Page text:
By Tim Castle
LONDON, July 8 (Reuters) - The government said on Thursday it was dropping a 2015 target date for switching radio transmission to digital from analogue, saying the timing must be decided by the pace of public demand.
Communications Minister Ed Vaizey said listeners needed to be persuaded of the case for abandoning their old radios and buying new DAB digital ones.
A decision on the date for the switchover would not be taken until half of radio listening in Britain was digital, he said. DAB radios currently account for 15 percent of listening now.
“We can’t impose this on an unwilling public, no matter how persuasive the business case, or how clearly we know that analogue is already providing a barrier to growth and creativity,” Vaizey said in extracts of a speech released in advance.
“Listeners need to be persuaded that the content on offer is compelling, that the quality is high and that digital radios, at home or in the car, are affordable and have listening quality that is at least as good as FM.”
Vaizey will publish a “digital action plan” to encourage more people to switch and to give manufacturers the confidence to keep investing.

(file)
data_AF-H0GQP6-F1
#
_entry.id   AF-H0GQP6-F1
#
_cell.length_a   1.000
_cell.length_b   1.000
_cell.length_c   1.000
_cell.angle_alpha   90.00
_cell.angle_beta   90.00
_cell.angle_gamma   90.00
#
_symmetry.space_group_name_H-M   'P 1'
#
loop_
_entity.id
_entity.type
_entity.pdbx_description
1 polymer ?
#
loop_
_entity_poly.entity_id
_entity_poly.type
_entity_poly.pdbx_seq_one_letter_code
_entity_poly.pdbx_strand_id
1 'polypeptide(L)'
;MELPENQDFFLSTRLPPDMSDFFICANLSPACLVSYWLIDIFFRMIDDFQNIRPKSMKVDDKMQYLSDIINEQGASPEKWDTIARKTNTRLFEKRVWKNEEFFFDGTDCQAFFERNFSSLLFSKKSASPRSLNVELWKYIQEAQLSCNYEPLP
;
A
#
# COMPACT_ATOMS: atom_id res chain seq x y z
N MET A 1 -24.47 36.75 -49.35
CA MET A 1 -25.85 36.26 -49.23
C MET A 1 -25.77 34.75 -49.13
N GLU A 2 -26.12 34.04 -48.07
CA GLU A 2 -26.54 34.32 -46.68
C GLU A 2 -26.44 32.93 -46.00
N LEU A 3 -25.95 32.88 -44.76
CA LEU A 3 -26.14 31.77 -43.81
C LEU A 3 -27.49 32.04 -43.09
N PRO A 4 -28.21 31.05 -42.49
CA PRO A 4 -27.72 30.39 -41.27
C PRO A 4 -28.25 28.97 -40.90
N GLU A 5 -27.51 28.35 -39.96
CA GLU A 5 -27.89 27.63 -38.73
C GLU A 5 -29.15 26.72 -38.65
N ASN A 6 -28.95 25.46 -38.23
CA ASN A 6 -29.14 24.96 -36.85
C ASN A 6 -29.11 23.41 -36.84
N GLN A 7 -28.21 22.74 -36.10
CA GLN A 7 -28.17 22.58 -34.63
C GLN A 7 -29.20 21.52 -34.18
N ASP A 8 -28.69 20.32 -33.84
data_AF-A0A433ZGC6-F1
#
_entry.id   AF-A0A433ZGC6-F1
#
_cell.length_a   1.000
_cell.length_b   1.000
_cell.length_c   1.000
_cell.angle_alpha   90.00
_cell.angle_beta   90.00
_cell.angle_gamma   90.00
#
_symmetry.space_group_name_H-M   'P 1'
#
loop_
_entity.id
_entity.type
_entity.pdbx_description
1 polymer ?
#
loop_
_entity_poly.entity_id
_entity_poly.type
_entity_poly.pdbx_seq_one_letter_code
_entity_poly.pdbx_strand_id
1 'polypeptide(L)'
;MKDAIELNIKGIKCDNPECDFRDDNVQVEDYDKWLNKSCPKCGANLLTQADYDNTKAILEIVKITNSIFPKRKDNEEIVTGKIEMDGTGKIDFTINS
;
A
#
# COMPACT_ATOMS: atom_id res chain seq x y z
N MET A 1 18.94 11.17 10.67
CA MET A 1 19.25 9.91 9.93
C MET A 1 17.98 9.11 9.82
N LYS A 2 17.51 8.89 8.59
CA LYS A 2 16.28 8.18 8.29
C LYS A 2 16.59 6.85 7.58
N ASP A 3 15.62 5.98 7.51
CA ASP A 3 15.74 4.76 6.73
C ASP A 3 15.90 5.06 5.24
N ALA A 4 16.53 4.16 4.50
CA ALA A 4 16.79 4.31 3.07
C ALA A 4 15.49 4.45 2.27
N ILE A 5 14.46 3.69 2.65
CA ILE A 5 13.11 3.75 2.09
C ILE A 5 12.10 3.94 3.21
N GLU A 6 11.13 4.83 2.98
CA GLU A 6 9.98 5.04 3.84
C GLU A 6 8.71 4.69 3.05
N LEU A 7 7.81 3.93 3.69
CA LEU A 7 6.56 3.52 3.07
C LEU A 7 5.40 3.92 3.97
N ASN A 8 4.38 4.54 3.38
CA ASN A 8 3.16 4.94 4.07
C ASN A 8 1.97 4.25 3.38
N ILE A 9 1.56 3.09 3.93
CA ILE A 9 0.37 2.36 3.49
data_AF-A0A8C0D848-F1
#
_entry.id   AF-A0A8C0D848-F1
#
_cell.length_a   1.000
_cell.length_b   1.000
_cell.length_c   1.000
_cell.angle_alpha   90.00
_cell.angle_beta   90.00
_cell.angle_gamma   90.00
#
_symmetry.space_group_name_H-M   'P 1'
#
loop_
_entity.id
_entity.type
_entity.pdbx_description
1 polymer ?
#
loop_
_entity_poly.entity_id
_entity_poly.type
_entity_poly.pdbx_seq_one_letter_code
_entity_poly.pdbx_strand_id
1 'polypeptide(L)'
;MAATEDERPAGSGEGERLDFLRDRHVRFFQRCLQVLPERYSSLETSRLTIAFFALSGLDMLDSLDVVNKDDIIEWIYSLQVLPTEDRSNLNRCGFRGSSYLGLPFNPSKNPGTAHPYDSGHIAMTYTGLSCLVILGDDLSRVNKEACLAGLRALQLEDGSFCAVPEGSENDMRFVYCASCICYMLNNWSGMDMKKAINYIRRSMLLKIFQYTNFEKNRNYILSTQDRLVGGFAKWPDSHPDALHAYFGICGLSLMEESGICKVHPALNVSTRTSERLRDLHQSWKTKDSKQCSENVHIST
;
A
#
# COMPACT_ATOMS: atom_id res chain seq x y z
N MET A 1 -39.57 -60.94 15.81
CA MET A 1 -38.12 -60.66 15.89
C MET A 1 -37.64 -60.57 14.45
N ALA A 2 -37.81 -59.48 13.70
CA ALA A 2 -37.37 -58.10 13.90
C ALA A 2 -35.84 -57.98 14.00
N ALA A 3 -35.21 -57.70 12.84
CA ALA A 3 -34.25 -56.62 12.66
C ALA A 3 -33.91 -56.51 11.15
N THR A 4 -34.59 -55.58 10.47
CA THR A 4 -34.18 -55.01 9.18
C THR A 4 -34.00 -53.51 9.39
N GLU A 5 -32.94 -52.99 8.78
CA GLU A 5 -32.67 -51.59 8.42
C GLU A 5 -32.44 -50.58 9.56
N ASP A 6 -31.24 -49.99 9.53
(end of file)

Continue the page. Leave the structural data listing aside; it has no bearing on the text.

He said the plan “sets out our clear commitment to make progress towards digital radio switchover. But I am not setting a date.”
He said industry believed 2015 was an achievable target date and the government would work to support that, provided there was sufficient public demand.
“When the weight of public opinion is behind it, with more than half of all radio-listening digital, then we can take the decision on when the country will be ready for switchover,” he said.
The ousted Labour government had scheduled 2015 for switching national and regional radio stations to digital.
But take up of digital has been slower than anticipated, with the majority of listeners apparently happy with the service received over their analogue radios.
A House of Lords committee warned in March there would be a “major public reaction” against a 2015 switchover unless the government improved its case for the change.
Switching off the analogue signal would make between 50 million and 100 million radios in Britain redundant.
There are also 20 million cars which would need converters to receive digital, while digital radios will not be fitted as standard in vehicles till 2013.
Critics of digital radio say the signal strength can be patchy in parts of the country and argue that sound quality has been compromised by the increase in the number of channels.
(Editing by Steve Addison)
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